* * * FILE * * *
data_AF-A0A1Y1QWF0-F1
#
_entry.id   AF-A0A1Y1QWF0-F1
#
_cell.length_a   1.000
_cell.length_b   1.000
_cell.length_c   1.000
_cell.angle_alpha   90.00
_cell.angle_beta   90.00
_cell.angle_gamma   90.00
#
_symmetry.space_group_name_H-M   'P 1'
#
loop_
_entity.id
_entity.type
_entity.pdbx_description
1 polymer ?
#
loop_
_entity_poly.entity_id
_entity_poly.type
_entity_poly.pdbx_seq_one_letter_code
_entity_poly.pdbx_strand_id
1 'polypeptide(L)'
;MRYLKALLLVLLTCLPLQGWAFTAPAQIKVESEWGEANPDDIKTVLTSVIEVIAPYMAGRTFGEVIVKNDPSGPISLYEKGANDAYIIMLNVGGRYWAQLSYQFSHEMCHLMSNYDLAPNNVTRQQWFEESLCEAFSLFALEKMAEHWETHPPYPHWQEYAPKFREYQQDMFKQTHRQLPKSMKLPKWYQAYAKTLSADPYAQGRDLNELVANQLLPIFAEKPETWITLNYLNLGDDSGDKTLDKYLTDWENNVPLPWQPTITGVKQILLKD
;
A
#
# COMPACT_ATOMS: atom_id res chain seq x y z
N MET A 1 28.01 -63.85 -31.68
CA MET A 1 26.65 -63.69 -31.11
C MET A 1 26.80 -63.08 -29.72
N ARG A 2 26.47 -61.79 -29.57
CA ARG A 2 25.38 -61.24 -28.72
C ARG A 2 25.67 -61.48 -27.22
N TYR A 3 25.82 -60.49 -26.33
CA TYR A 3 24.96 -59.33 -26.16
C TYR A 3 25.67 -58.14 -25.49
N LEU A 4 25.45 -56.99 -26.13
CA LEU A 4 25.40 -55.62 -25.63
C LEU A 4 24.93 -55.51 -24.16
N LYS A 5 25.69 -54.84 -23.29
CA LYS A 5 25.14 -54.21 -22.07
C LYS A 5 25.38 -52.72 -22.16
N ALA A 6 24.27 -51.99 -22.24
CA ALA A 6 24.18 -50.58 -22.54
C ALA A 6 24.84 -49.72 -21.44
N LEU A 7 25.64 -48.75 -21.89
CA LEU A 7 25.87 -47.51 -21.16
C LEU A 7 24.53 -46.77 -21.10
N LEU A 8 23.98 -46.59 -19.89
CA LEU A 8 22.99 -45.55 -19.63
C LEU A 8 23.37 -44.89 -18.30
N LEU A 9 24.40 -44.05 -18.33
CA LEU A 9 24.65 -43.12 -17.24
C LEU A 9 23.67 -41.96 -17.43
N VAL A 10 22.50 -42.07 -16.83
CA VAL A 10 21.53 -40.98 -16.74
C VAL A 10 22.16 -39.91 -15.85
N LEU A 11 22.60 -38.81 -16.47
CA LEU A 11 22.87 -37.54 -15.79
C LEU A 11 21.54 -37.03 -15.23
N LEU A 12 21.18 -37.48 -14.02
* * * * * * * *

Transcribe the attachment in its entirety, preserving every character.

data_AF-A0A1Y1QWF0-F1
#
_entry.id   AF-A0A1Y1QWF0-F1
#
_cell.length_a   1.000
_cell.length_b   1.000
_cell.length_c   1.000
_cell.angle_alpha   90.00
_cell.angle_beta   90.00
_cell.angle_gamma   90.00
#
_symmetry.space_group_name_H-M   'P 1'
#
loop_
_entity.id
_entity.type
_entity.pdbx_description
1 polymer ?
#
loop_
_entity_poly.entity_id
_entity_poly.type
_entity_poly.pdbx_seq_one_letter_code
_entity_poly.pdbx_strand_id
1 'polypeptide(L)'
;MRYLKALLLVLLTCLPLQGWAFTAPAQIKVESEWGEANPDDIKTVLTSVIEVIAPYMAGRTFGEVIVKNDPSGPISLYEKGANDAYIIMLNVGGRYWAQLSYQFSHEMCHLMSNYDLAPNNVTRQQWFEESLCEAFSLFALEKMAEHWETHPPYPHWQEYAPKFREYQQDMFKQTHRQLPKSMKLPKWYQAYAKTLSADPYAQGRDLNELVANQLLPIFAEKPETWITLNYLNLGDDSGDKTLDKYLTDWENNVPLPWQPTITGVKQILLKD
;
A
#
# COMPACT_ATOMS: atom_id res chain seq x y z
N MET A 1 28.01 -63.85 -31.68
CA MET A 1 26.65 -63.69 -31.11
C MET A 1 26.80 -63.08 -29.72
N ARG A 2 26.47 -61.79 -29.57
CA ARG A 2 25.38 -61.24 -28.72
C ARG A 2 25.67 -61.48 -27.22
N TYR A 3 25.82 -60.49 -26.33
CA TYR A 3 24.96 -59.33 -26.16
C TYR A 3 25.67 -58.14 -25.49
N LEU A 4 25.45 -56.99 -26.13
CA LEU A 4 25.40 -55.62 -25.63
C LEU A 4 24.93 -55.51 -24.16
N LYS A 5 25.69 -54.84 -23.29
CA LYS A 5 25.14 -54.21 -22.07
C LYS A 5 25.38 -52.72 -22.16
N ALA A 6 24.27 -51.99 -22.24
CA ALA A 6 24.18 -50.58 -22.54
C ALA A 6 24.84 -49.72 -21.44
N LEU A 7 25.64 -48.75 -21.89
CA LEU A 7 25.87 -47.51 -21.16
C LEU A 7 24.53 -46.77 -21.10
N LEU A 8 23.98 -46.59 -19.89
CA LEU A 8 22.99 -45.55 -19.63
C LEU A 8 23.37 -44.89 -18.30
N LEU A 9 24.40 -44.05 -18.33
CA LEU A 9 24.65 -43.12 -17.24
C LEU A 9 23.67 -41.96 -17.43
N VAL A 10 22.50 -42.07 -16.83
CA VAL A 10 21.53 -40.98 -16.74
C VAL A 10 22.16 -39.91 -15.85
N LEU A 11 22.60 -38.81 -16.47
CA LEU A 11 22.87 -37.54 -15.79
C LEU A 11 21.54 -37.03 -15.23
N LEU A 12 21.18 -37.48 -14.02